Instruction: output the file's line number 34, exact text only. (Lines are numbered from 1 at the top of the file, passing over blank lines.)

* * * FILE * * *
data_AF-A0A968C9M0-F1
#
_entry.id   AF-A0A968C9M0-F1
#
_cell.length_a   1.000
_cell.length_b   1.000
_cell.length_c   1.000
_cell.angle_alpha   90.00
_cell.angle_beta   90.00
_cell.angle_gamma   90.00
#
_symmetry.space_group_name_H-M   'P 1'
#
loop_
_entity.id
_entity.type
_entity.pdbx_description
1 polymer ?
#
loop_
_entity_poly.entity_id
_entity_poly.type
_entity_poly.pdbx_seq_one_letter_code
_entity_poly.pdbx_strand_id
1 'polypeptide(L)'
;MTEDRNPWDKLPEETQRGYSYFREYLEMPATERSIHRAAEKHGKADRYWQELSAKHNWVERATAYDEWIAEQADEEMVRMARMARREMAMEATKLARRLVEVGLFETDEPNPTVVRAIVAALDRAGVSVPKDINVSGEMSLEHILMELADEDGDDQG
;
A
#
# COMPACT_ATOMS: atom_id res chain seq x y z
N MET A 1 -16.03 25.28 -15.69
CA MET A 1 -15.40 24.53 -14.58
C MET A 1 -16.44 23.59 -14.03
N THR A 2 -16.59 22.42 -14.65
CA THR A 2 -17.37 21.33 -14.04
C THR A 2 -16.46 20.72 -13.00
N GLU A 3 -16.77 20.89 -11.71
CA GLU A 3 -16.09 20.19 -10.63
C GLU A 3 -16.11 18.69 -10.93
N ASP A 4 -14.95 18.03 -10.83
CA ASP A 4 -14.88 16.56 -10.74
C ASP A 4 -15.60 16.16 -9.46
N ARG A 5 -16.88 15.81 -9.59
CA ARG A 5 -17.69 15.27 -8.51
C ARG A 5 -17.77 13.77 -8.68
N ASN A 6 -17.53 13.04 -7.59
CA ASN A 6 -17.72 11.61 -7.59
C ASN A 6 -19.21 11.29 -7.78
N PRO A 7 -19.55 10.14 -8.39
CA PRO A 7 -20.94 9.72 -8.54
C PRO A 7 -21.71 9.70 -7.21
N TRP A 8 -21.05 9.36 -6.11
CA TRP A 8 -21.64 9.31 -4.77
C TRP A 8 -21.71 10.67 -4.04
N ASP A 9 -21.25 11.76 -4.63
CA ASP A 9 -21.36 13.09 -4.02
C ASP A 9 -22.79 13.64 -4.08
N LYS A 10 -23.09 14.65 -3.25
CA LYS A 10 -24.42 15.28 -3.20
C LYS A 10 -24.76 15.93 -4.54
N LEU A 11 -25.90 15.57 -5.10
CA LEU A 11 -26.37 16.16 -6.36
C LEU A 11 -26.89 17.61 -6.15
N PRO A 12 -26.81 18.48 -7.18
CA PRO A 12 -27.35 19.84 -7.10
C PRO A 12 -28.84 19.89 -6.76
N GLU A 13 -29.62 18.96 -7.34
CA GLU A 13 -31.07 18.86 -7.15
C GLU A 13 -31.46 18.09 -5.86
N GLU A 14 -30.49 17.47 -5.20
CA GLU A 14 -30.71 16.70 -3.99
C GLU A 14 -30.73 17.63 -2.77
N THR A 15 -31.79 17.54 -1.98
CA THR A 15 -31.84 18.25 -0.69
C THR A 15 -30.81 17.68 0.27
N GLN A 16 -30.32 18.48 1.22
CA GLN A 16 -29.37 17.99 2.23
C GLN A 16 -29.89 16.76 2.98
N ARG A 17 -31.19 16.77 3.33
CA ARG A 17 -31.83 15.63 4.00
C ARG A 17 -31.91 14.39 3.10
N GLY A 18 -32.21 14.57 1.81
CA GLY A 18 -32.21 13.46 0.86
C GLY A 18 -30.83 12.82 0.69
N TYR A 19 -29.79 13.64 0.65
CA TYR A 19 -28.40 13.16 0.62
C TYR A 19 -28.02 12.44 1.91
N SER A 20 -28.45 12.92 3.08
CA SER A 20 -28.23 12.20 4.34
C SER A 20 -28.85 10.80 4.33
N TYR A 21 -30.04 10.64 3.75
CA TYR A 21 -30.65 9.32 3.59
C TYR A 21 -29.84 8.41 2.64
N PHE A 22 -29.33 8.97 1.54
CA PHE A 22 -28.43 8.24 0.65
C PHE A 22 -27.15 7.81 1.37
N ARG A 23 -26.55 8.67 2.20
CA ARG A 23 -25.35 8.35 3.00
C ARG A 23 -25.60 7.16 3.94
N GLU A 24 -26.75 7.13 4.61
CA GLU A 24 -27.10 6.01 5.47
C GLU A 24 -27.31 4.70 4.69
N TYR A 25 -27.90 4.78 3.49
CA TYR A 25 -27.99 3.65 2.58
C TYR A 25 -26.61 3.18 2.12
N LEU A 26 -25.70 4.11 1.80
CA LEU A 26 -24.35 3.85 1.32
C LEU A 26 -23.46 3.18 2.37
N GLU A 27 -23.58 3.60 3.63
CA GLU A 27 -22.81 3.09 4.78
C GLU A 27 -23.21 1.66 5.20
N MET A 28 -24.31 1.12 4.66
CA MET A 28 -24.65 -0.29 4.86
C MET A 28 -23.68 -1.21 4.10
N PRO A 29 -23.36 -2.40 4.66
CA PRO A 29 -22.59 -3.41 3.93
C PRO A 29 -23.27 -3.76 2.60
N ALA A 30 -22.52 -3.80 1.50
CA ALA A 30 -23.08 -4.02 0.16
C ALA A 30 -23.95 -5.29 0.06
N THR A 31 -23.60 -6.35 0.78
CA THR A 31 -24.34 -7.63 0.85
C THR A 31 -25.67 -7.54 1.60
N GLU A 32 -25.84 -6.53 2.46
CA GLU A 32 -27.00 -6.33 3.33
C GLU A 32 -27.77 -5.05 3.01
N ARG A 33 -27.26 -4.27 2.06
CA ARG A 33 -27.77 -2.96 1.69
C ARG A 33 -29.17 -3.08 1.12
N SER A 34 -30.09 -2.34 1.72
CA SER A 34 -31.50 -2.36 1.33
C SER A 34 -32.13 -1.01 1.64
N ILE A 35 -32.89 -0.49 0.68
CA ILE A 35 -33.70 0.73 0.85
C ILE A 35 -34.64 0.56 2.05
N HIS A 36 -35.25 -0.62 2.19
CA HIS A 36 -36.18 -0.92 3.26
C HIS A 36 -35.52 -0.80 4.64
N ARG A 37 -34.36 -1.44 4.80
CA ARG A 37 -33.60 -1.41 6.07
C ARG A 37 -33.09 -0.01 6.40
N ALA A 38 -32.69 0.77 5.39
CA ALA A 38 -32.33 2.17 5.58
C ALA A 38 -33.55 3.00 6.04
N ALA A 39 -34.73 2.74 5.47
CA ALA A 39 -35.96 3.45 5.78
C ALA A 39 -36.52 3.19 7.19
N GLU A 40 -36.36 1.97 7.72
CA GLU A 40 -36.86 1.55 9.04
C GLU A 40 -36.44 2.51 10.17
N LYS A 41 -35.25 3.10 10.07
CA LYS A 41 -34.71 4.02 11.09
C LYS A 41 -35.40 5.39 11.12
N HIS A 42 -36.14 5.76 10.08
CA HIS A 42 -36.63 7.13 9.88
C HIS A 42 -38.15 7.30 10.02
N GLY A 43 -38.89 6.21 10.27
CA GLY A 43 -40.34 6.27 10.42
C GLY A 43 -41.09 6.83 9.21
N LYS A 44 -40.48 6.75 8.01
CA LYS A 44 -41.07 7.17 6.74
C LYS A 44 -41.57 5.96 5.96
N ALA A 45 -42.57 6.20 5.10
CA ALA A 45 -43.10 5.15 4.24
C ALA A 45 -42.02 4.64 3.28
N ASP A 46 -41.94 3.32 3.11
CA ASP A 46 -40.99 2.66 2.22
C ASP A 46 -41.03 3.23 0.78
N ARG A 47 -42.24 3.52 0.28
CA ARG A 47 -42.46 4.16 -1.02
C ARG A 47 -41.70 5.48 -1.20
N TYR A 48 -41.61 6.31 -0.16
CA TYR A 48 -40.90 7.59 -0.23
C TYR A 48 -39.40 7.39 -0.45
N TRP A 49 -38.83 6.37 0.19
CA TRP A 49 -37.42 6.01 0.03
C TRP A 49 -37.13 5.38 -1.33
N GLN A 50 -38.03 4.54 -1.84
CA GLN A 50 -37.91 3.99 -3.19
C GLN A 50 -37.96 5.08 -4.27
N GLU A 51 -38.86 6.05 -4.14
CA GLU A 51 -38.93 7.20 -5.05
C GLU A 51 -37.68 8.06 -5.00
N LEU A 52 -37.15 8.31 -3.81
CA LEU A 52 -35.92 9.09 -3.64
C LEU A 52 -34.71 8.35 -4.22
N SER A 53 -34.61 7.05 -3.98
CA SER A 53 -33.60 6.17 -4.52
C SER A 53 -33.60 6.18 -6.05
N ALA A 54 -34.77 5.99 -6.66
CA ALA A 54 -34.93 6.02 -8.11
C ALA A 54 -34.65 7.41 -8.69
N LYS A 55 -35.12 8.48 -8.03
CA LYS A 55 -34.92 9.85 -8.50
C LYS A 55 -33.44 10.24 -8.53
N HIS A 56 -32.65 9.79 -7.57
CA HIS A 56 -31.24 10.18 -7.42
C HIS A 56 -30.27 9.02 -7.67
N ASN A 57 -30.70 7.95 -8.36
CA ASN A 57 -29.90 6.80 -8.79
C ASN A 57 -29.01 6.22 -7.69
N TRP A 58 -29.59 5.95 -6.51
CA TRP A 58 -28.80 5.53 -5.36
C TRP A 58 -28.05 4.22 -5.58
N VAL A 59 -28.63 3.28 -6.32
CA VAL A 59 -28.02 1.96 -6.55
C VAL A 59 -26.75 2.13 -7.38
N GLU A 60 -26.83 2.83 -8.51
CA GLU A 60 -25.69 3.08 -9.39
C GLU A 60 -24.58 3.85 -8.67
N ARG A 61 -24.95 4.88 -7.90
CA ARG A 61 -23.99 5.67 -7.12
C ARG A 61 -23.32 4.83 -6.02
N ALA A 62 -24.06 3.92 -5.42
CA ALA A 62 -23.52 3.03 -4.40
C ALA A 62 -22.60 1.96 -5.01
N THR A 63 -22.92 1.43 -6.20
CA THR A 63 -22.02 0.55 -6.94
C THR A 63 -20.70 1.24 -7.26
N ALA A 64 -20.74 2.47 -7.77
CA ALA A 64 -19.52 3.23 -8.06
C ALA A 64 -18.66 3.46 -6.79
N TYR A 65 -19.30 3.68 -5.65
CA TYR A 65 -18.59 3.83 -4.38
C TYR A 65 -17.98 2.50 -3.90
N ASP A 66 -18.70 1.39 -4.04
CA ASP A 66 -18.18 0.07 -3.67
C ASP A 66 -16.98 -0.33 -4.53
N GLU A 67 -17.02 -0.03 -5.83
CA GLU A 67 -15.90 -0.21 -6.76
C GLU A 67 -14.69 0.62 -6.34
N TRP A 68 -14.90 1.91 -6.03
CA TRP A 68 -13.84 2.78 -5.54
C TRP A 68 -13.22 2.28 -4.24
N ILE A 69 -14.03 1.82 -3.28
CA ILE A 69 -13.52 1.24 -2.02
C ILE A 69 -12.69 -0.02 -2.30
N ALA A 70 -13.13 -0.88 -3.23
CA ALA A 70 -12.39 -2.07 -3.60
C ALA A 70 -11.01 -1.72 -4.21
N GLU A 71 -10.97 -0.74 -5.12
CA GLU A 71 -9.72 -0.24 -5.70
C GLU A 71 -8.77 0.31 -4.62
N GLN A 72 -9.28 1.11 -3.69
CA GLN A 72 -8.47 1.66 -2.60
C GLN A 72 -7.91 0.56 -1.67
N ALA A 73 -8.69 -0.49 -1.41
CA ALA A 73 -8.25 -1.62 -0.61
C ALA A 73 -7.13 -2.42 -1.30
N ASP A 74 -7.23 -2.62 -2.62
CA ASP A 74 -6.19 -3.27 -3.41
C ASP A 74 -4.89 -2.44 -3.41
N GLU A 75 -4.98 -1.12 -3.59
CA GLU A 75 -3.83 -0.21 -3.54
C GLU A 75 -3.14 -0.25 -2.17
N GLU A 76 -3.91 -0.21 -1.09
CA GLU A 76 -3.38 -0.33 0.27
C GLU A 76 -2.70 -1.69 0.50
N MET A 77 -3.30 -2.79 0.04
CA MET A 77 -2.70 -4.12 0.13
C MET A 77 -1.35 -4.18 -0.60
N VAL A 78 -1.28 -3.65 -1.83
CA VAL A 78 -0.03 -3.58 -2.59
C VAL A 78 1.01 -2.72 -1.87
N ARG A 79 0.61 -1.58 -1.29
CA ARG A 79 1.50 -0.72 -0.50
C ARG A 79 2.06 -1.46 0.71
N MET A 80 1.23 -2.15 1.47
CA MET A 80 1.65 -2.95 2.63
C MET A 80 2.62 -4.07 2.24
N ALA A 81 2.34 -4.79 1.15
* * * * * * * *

N THR A 2 -16.59 22.42 -14.65